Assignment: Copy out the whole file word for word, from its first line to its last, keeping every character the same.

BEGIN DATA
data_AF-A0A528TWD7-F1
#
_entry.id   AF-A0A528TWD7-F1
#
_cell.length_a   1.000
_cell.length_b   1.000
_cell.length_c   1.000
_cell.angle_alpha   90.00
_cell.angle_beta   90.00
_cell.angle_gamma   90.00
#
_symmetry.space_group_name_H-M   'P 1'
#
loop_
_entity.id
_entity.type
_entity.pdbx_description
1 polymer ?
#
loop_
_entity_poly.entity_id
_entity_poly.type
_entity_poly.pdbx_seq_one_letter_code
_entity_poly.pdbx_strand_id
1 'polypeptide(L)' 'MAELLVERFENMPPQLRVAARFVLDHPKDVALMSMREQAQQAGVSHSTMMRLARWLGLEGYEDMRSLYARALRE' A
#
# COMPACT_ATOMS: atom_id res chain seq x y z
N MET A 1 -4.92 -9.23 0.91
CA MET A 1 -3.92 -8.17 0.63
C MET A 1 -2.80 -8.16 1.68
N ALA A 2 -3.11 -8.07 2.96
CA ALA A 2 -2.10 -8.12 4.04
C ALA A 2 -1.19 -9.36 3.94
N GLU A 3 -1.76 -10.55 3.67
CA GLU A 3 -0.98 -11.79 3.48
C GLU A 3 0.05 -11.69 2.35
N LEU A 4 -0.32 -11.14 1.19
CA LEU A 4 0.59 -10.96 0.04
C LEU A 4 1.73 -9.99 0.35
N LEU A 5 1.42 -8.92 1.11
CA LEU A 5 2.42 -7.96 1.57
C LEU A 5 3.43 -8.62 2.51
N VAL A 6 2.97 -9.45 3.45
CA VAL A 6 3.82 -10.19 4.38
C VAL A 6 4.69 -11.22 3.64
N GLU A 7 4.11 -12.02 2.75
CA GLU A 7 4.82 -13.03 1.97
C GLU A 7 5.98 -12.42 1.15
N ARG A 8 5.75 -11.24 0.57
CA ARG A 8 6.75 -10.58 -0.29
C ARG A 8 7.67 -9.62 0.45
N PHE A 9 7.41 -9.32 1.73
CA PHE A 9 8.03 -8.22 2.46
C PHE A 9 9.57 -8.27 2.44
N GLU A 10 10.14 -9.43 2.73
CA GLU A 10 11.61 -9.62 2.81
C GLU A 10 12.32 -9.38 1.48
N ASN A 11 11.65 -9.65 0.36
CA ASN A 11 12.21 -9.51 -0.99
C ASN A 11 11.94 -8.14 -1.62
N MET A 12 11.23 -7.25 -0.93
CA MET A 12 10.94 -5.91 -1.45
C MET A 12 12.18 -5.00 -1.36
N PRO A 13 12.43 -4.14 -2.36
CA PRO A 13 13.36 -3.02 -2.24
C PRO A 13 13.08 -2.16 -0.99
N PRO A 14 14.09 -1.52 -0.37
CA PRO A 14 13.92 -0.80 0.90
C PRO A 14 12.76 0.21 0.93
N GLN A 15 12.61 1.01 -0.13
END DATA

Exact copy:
data_AF-A0A528TWD7-F1
#
_entry.id   AF-A0A528TWD7-F1
#
_cell.length_a   1.000
_cell.length_b   1.000
_cell.length_c   1.000
_cell.angle_alpha   90.00
_cell.angle_beta   90.00
_cell.angle_gamma   90.00
#
_symmetry.space_group_name_H-M   'P 1'
#
loop_
_entity.id
_entity.type
_entity.pdbx_description
1 polymer ?
#
loop_
_entity_poly.entity_id
_entity_poly.type
_entity_poly.pdbx_seq_one_letter_code
_entity_poly.pdbx_strand_id
1 'polypeptide(L)' 'MAELLVERFENMPPQLRVAARFVLDHPKDVALMSMREQAQQAGVSHSTMMRLARWLGLEGYEDMRSLYARALRE' A
#
# COMPACT_ATOMS: atom_id res chain seq x y z
N MET A 1 -4.92 -9.23 0.91
CA MET A 1 -3.92 -8.17 0.63
C MET A 1 -2.80 -8.16 1.68
N ALA A 2 -3.11 -8.07 2.96
CA ALA A 2 -2.10 -8.12 4.04
C ALA A 2 -1.19 -9.36 3.94
N GLU A 3 -1.76 -10.55 3.67
CA GLU A 3 -0.98 -11.79 3.48
C GLU A 3 0.05 -11.69 2.35
N LEU A 4 -0.32 -11.14 1.19
CA LEU A 4 0.59 -10.96 0.04
C LEU A 4 1.73 -9.99 0.35
N LEU A 5 1.42 -8.92 1.11
CA LEU A 5 2.42 -7.96 1.57
C LEU A 5 3.43 -8.62 2.51
N VAL A 6 2.97 -9.45 3.45
CA VAL A 6 3.82 -10.19 4.38
C VAL A 6 4.69 -11.22 3.64
N GLU A 7 4.11 -12.02 2.75
CA GLU A 7 4.82 -13.03 1.97
C GLU A 7 5.98 -12.42 1.15
N ARG A 8 5.75 -11.24 0.57
CA ARG A 8 6.75 -10.58 -0.29
C ARG A 8 7.67 -9.62 0.45
N PHE A 9 7.41 -9.32 1.73
CA PHE A 9 8.03 -8.22 2.46
C PHE A 9 9.57 -8.27 2.44
N GLU A 10 10.14 -9.43 2.73
CA GLU A 10 11.61 -9.62 2.81
C GLU A 10 12.32 -9.38 1.48
N ASN A 11 11.65 -9.65 0.36
CA ASN A 11 12.21 -9.51 -0.99
C ASN A 11 11.94 -8.14 -1.62
N MET A 12 11.23 -7.25 -0.93
CA MET A 12 10.94 -5.91 -1.45
C MET A 12 12.18 -5.00 -1.36
N PRO A 13 12.43 -4.14 -2.36
CA PRO A 13 13.36 -3.02 -2.24
C PRO A 13 13.08 -2.16 -0.99
N PRO A 14 14.09 -1.52 -0.37
CA PRO A 14 13.92 -0.80 0.90
C PRO A 14 12.76 0.21 0.93
N GLN A 15 12.61 1.01 -0.13